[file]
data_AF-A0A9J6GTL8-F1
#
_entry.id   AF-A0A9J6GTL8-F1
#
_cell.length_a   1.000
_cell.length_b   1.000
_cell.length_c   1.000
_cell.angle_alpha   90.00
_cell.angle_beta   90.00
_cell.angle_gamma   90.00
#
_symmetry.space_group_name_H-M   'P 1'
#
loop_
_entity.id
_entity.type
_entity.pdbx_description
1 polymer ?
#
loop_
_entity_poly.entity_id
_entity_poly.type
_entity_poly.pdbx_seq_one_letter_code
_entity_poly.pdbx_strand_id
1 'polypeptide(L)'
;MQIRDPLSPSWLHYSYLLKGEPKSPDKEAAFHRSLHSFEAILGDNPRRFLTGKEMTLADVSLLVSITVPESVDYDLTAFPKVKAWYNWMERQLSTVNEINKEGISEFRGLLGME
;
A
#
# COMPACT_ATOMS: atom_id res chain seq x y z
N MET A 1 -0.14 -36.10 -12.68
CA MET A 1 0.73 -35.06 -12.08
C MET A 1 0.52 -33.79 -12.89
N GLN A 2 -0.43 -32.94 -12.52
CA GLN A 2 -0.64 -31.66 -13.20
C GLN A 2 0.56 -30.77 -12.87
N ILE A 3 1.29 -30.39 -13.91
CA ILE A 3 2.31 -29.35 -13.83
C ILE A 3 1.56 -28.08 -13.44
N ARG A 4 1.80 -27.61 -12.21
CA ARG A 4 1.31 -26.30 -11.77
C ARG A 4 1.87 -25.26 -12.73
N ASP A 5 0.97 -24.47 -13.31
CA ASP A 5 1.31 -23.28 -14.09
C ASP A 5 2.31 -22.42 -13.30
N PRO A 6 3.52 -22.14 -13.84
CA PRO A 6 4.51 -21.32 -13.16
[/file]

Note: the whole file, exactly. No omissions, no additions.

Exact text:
data_AF-A0A9J6GTL8-F1
#
_entry.id   AF-A0A9J6GTL8-F1
#
_cell.length_a   1.000
_cell.length_b   1.000
_cell.length_c   1.000
_cell.angle_alpha   90.00
_cell.angle_beta   90.00
_cell.angle_gamma   90.00
#
_symmetry.space_group_name_H-M   'P 1'
#
loop_
_entity.id
_entity.type
_entity.pdbx_description
1 polymer ?
#
loop_
_entity_poly.entity_id
_entity_poly.type
_entity_poly.pdbx_seq_one_letter_code
_entity_poly.pdbx_strand_id
1 'polypeptide(L)'
;MQIRDPLSPSWLHYSYLLKGEPKSPDKEAAFHRSLHSFEAILGDNPRRFLTGKEMTLADVSLLVSITVPESVDYDLTAFPKVKAWYNWMERQLSTVNEINKEGISEFRGLLGME
;
A
#
# COMPACT_ATOMS: atom_id res chain seq x y z
N MET A 1 -0.14 -36.10 -12.68
CA MET A 1 0.73 -35.06 -12.08
C MET A 1 0.52 -33.79 -12.89
N GLN A 2 -0.43 -32.94 -12.52
CA GLN A 2 -0.64 -31.66 -13.20
C GLN A 2 0.56 -30.77 -12.87
N ILE A 3 1.29 -30.39 -13.91
CA ILE A 3 2.31 -29.35 -13.83
C ILE A 3 1.56 -28.08 -13.44
N ARG A 4 1.80 -27.61 -12.21
CA ARG A 4 1.31 -26.30 -11.77
C ARG A 4 1.87 -25.26 -12.73
N ASP A 5 0.97 -24.47 -13.31
CA ASP A 5 1.31 -23.28 -14.09
C ASP A 5 2.31 -22.42 -13.30
N PRO A 6 3.52 -22.14 -13.84
CA PRO A 6 4.51 -21.32 -13.16